The Utah Talent Dilemma: Why Tech Companies Matter In Education
If you are reading Silicon Slopes Magazine it is a good guess that you are familiar with the Utah technology community. It is also likely that have heard, more than once, that there is a shortage of talent for Utah companies. You may even feel the pain in your own company as you struggle to find qualified computing talent. Perhaps you have come up with creative hiring or in-house training strategies. Or maybe you have given up and are just dealing with it. But have you given any thought about WHY this problem exists? You pay well, there are plenty of jobs and companies continue to grow. You solve cool problems and yes, some of you have super cool billboards. The future is bright for the Utah technology industry. So why are we facing this talent issue?
The Education Landscape
A snapshot of computing education is a good place to start in our search for answers.
- Nearly half of Utah high schools do not offer computer science courses
- Of the nearly 200,000 public high schools students in Utah, only 100 students took AP CS in 2015–16 and 230 students in 2016–17
- Only 7% of Utah high schools that offer AP courses include the Computer Science course; there are fewer AP exams taken in computer science than in any other STEM subject area
- There is a shortage of qualified computer science teachers
- There are few resources that allow K-8 students and teachers to explore and gain exposure to how computing intersects all areas of study and interest
It is clear that we are not getting enough students excited about taking computing courses, let alone pursuing computing career pathways. The issue is compounded by the fact that we also have a shortage of teachers that are able to teach computing courses. Many believe that basic computing skills should be treated as essential, elevated to the level of math or reading. Regardless of the prevailing opinions on whether computing is as important as math or reading, it cannot be argued that computing skills integrate across all disciplines and impact every career choice. We also know that other states are moving forward, and with a sense of purpose and urgency, to address the lack of access to computing education.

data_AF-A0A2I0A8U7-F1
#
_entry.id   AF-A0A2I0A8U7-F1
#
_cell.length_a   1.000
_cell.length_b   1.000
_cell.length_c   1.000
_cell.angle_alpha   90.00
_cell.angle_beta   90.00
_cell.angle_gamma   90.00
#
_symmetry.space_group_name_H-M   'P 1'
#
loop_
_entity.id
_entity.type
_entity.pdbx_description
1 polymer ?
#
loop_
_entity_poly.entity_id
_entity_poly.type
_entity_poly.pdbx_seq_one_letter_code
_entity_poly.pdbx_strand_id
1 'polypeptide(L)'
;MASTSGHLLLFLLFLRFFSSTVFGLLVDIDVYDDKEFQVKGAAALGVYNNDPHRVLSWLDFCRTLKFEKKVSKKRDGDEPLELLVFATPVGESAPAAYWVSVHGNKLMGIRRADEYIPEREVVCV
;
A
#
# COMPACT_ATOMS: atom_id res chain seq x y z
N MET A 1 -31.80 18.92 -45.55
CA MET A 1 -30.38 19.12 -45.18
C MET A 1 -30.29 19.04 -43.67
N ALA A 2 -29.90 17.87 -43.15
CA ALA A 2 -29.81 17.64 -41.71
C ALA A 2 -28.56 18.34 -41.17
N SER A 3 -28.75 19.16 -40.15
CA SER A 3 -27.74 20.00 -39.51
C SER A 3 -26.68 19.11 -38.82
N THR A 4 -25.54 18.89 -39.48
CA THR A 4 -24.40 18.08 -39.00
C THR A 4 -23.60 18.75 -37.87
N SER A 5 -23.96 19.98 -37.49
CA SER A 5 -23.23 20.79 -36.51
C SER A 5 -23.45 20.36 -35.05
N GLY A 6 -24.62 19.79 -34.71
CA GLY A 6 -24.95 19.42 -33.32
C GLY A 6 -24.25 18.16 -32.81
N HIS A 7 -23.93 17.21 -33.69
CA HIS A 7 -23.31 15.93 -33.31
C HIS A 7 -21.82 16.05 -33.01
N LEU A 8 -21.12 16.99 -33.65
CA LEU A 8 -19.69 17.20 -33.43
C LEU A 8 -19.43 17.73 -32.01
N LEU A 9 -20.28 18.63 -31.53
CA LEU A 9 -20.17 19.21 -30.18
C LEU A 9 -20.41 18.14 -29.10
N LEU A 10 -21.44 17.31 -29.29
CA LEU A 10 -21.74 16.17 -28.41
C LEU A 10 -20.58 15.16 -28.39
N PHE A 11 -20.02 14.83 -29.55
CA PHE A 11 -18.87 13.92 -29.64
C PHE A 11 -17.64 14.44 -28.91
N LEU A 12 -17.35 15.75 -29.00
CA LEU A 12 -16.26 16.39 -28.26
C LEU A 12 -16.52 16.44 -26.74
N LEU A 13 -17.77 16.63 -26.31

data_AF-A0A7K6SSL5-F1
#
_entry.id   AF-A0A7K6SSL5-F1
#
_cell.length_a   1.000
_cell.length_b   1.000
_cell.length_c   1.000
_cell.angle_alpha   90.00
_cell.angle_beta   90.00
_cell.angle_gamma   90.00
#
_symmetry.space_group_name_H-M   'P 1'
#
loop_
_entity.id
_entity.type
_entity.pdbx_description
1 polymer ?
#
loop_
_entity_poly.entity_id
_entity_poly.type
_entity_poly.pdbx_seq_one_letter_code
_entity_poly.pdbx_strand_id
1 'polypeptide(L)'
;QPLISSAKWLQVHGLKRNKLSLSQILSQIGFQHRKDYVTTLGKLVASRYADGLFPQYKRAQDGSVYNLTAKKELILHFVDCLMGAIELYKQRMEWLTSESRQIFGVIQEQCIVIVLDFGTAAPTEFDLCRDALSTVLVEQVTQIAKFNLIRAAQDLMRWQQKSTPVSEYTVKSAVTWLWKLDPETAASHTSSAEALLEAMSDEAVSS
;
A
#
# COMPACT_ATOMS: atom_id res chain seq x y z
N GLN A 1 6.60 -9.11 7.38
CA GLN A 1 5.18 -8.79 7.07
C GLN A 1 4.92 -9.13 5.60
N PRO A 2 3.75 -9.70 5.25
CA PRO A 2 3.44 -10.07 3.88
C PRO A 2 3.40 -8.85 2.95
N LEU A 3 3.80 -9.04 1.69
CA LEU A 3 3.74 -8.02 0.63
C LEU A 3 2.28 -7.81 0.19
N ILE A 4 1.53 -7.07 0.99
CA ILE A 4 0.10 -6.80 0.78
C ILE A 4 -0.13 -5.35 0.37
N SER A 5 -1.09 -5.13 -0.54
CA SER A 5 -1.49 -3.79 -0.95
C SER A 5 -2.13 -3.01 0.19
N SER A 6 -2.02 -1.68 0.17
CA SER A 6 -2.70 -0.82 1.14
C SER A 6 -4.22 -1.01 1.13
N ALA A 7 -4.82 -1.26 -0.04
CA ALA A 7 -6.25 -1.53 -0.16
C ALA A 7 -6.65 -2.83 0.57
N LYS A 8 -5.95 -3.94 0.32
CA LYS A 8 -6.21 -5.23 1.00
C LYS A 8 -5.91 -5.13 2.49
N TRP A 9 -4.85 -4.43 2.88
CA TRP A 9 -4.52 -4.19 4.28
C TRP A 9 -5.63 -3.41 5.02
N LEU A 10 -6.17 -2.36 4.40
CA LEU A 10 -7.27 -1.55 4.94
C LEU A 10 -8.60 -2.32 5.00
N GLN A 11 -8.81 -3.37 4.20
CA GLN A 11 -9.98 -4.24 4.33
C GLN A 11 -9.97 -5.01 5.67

A Call to Action
Utah companies and the state legislature — in partnership with the Utah STEM Action Center, the Utah State Board of Education and Talent Ready Utah — have joined forces to support K-16 computing education. This year the Utah legislature approved funding for a K-16 Computing Partnership initiative. Senate Bill 190, sponsored by Senator Ralph Okerlund and Representative Brad Last, will support grants from schools and school districts to help them build out computing programs. These grants have the potential to be truly transformational for several reasons:
- There will be a focus on helping elementary educators integrate coding into their classrooms
- Much needed resources will be provided to 7th and 8th grade computing efforts
- Innovative approaches will be supported to bring qualified educators into the classroom
- An emphasis will be placed on equity and access, helping to increase participation by traditionally underrepresented students
- Resources will reach rural districts, including access to industry support
Finally, if we are to transform how Utah grows Utah talent it will take a “full court” press by industry partners. The time to engage is now. Education partners are ready to mobilize and the state has made the initial investment by providing funding. Utah is rapidly becoming recognized as a state “that gets it” when it comes to computing education. This is not an opportunity that we can afford to waste if we want to ensure the success of Utah companies and most importantly, Utah students.
If you, or your company, is interested in finding out more about the Utah Computing Partnership please contact Lynn Purdin at the STEM Action Center ([email protected]).
Written by Tamara Goetz | Executive Director | Utah STEM Action Center.
The Utah Talent Dilemma: Why Tech Companies Matter In Education was originally published on Silicon Slopes.